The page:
The debates surrounding repatriation of cultural property in the first decade of the twenty-first century constitute a very different sort of diplomatic dilemma. Though not fought over works of contemporary art, these controversies nonetheless offer a thoroughly contemporary conflict between a neoliberal model of free circulation and a fundamentalist belief in art’s belonging to a unique place. Indeed, like Conceptual Art, the most widespread “international style” to emerge since the mid-1960s, the contemporary ethics of cultural property hinges on information. In response to a thriving trade in illicit antiquities, whose original archaeological context is typically undocumented, UNESCO established a policy in 1970 called the Convention on the Means of Prohibiting and Preventing the Illicit Import, Export and Transport of Ownership of Cultural Property. The convention posits a clear theory of archaeological value:
“Cultural property constitutes one of the basic elements of civilization and national culture, and…its true value can be appreciated only in relation to the fullest possible information regarding its origin.”
Should images flow freely like currencies, anywhere the market will take them, or should this neoliberal freedom be tempered by the values of cultural identity whose most extreme expression is fundamentalist?
Not only does the UNESCO convention stress informational value as “truer” than aesthetic value (in the very same year as two watershed exhibitions of Conceptual Art, “Information” at the Museum of Modern Art in New York and “Software” at New York’s Jewish Museum, which also sought to redefine the work of art as a form of information), but its enforcement relies on a second genre of information: the thorough documentation of an object’s “history”—a continuous chain of custody, its provenance.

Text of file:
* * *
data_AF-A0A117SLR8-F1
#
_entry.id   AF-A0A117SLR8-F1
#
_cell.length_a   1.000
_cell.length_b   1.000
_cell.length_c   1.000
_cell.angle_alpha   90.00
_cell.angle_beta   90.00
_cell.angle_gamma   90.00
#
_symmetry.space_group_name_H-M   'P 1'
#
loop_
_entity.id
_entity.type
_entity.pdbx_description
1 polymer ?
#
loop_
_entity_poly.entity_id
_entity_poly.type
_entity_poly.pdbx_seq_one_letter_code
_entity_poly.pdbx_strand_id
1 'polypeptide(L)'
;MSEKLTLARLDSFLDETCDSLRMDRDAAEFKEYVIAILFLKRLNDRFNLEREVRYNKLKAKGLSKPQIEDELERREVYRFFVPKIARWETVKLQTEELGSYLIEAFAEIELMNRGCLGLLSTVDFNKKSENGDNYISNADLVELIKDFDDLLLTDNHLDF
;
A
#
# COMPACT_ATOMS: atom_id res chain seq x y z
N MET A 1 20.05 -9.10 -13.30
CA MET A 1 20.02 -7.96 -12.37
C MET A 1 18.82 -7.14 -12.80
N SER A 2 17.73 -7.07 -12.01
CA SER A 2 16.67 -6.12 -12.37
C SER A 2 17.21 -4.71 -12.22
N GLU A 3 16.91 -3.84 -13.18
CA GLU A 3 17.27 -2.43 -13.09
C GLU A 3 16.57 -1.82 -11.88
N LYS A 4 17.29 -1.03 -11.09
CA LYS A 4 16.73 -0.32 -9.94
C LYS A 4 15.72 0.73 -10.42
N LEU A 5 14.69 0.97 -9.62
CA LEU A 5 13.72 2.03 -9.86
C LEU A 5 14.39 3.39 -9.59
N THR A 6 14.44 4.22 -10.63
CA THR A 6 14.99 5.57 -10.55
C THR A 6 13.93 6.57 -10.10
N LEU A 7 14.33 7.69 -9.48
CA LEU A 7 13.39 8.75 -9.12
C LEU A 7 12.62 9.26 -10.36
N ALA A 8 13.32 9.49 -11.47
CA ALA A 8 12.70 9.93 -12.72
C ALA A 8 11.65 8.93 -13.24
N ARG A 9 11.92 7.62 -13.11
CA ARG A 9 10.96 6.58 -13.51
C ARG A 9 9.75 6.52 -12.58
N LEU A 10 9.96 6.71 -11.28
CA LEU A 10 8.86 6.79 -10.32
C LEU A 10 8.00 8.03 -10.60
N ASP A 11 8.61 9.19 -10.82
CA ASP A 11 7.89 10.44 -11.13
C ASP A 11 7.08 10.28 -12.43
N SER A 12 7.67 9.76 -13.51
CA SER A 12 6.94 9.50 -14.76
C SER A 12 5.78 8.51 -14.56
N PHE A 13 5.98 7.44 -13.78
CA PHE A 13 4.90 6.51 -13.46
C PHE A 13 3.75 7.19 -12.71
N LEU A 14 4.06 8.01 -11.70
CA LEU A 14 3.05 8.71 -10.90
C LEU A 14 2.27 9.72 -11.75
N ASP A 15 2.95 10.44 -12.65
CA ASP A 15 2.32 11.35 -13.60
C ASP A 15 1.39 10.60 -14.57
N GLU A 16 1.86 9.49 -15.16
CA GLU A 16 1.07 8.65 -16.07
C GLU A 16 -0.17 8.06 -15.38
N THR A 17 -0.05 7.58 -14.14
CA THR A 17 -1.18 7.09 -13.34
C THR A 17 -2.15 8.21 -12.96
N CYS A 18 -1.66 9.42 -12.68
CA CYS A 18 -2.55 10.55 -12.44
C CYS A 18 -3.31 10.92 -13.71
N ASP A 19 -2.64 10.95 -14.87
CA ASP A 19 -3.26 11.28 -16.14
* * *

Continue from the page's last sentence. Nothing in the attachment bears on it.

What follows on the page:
In the course of the first decade of the twenty-first century, which witnessed legal actions such as Italy’s prosecution of former Getty Museum curator Marion True for acquiring illegally exported antiquities, as well as the opening of the new Acropolis Museum as part of the Greek government’s effort to persuade Great Britain to return the so-called Elgin Marbles (not to mention many less publicized scandals and campaigns), these repatriation debates have taken center stage. This makes sense because what is at stake are the ethical—and even moral—dilemmas that arise when cultural properties are virtually freed from the limits of time and space.
Should images flow freely like currencies, anywhere the market will take them, or should this neoliberal freedom be tempered by the values of cultural identity whose most extreme expression is fundamentalist? Indeed, the repatriation debates implicitly define three paradigms of cultural circulation—the migrant, the native, and the documented object—each of which possesses its own relationship to a site of origin, its own form of value, and its own particular legal status in terms that recall one of the most charged political issues of our time—illegal immigration among migrant laborers, and massive flows of refugees in war-ravaged parts of the developing world.